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Elon Musk, the ‘Maverick Entrepreneur’, enjoyed his’ first foray into the limelight with his involvement in the electric vehicle revolution. In 2004, he joined Tesla Motors as chairman, later becoming its CEO and product architect. His vision was clear: to make electric vehicles desirable and accessible to the masses. Musk’s leadership turned Tesla into a household name, known for producing sleek, high-performance electric cars that challenged the status quo.

The Tesla Model S, released in 2012, rewrote the rules of EVs with its impressive range, acceleration, and tech-forward features. It was not merely a car; it was a statement that electric vehicles could outperform their gas-powered counterparts. Following the Model S’s success, Musk pushed the boundaries further with the more affordable Model 3, designed to bring sustainable transportation to a broader audience.

Since then, it has been an almost stratospheric rise for Musk who has become a household name, part of the lexicon and popular culture. In fact, I dare say not a day goes by when his name doesn’t appear across the media landscape.

He is without a doubt somebody who divides opinion. His unfiltered communication on social media has often generated headlines, both positive and negative. Yet, it is this unvarnished authenticity that resonates with many of his followers, as it showcases the human side of a ‘technological visionary.’

This, of course, brings us swimmingly onto the debacle that is Twitter/X. From the outside, or my perspective at least, Musk looks very much like a man on a mission to implode a brand that was once seen as groundbreaking advancement in social media, where some of the biggest news stories over the past decade were broken.

Twitter both delighted and disgusted millions with celebrities, and political commentators alike using it as a modern-day town square to air their unfiltered views. However, since Musk acquired Twitter, he has seemingly lurched from one disaster to another, introducing a bizarre number of questionable policies, firing staff at will and now stripping Twitter of its identity and rebranding it as X.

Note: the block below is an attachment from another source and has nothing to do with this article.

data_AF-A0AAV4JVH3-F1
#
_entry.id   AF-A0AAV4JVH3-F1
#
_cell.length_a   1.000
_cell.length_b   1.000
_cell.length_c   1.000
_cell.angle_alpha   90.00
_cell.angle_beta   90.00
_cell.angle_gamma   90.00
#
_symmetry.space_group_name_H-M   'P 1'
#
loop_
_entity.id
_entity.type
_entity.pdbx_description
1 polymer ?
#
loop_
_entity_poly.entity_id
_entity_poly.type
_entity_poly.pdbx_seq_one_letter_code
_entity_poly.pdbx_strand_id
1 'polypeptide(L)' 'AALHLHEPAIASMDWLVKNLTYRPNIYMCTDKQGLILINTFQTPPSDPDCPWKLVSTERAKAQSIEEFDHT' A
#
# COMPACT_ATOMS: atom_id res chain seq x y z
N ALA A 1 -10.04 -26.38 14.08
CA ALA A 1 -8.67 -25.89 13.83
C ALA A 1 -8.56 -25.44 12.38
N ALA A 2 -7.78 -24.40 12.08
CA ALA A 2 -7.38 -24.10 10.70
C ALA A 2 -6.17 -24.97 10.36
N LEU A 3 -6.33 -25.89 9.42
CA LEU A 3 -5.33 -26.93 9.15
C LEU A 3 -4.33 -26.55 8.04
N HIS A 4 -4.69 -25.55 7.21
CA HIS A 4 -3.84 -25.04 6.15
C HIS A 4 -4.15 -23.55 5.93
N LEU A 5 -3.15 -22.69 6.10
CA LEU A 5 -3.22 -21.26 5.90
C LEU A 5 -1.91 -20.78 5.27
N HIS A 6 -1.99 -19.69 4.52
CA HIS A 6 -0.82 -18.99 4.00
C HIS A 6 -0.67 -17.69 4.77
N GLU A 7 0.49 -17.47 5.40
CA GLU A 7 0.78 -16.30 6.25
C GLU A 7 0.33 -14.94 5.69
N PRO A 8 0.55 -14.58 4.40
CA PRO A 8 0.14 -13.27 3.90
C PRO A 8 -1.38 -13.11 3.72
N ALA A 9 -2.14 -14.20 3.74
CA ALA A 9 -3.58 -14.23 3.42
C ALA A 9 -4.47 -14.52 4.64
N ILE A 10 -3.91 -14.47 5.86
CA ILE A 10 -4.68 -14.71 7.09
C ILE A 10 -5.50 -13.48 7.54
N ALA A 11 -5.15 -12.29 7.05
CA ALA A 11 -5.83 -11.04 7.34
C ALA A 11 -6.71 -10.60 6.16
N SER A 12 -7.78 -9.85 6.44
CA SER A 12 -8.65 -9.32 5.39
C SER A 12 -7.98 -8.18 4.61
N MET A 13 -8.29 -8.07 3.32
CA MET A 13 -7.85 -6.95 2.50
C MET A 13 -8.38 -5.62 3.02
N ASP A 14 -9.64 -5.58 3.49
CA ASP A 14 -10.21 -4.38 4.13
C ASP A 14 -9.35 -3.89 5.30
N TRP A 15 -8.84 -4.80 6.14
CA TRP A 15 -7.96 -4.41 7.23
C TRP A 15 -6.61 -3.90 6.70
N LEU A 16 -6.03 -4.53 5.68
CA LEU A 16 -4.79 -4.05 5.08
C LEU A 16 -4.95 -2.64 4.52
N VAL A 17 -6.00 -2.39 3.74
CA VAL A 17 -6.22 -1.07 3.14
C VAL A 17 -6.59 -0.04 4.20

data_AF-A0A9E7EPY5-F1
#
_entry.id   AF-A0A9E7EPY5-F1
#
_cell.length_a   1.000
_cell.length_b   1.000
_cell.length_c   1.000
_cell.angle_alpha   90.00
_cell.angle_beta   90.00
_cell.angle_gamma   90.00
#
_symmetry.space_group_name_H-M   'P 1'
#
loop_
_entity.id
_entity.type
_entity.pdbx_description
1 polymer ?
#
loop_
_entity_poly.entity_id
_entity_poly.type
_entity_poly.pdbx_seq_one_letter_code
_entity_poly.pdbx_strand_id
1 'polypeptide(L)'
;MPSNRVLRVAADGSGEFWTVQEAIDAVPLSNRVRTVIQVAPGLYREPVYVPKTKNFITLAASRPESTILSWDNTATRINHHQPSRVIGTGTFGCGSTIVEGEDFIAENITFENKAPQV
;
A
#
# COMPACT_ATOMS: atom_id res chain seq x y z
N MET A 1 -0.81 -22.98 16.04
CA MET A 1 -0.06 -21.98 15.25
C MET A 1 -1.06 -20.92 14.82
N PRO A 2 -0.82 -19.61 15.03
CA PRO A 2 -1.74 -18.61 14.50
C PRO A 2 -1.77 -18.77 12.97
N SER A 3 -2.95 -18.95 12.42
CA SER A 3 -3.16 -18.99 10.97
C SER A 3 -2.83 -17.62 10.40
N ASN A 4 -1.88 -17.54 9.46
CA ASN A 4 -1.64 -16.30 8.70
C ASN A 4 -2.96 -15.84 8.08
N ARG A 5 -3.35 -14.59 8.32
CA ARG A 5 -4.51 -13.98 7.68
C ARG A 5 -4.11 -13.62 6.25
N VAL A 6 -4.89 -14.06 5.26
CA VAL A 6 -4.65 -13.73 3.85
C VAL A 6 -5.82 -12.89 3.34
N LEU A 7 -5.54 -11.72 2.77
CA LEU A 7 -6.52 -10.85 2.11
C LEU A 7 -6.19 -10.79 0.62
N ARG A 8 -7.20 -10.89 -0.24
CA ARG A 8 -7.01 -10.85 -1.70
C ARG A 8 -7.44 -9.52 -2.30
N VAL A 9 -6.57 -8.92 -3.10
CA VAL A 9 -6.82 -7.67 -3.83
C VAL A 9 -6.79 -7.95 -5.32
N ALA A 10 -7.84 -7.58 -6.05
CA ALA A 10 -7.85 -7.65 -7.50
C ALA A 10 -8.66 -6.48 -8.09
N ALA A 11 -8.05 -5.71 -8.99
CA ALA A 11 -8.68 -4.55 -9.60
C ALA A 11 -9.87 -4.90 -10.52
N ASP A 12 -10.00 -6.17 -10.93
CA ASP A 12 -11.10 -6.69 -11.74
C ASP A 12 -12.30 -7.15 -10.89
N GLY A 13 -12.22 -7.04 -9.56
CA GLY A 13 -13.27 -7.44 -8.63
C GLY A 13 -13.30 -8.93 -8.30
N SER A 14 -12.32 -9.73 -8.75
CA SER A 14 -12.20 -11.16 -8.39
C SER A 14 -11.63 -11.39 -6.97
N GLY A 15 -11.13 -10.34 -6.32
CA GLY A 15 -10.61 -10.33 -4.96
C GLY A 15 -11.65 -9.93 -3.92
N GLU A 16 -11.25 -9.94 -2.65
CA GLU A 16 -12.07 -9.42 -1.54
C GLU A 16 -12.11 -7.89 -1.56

You have to ask is this a bold move that could energise a flagging brand? Or does it represent the last throw of the dice for a platform which is becoming more irrelevant with each passing day?

To find out more The Atlantic Dispatch sat down with Leslie Hallam, Course Director, Psychology of Advertising Masters Programme, at Lancaster University

So as always, it’s been a fairly interesting few weeks for Elon Musk. What have been some of your initial thoughts on his rebranding of Twitter? 

Hallam: While the ‘X Rebrand’ looks like a risky endeavour at first glance, shedding much of the goodwill associated with Twitter, this needs to be seen in the context of what the latter has become under Musk’s recent stewardship. During his brief tenure, the platform has shed significant numbers, perhaps retaining the ‘relatively hard core’ customers (and those subject to inertia, such as me) only, whilst also stripping out a good deal of ad revenue. In this environment, along with the external milieu of accelerating rivals such as Threads, and even TikTok, the business case to enact a revolutionary strategy – while high risk – is strong.

Certainly from the outside, it may be judged as a last throw of the dice. Do you think this signals the end of the social media platform?

Hallam: In line with past rebrands, this radical departure from the associations of Twitter–both image and processes – paves the way for building a different offer, relatively unhampered by consumer expectations, and allowing brand-stretch into other areas of commerce that Musk clearly covets, such as payments and purchases – the ‘everything, everywhere’ app he sees in the Chinese platform WeChat.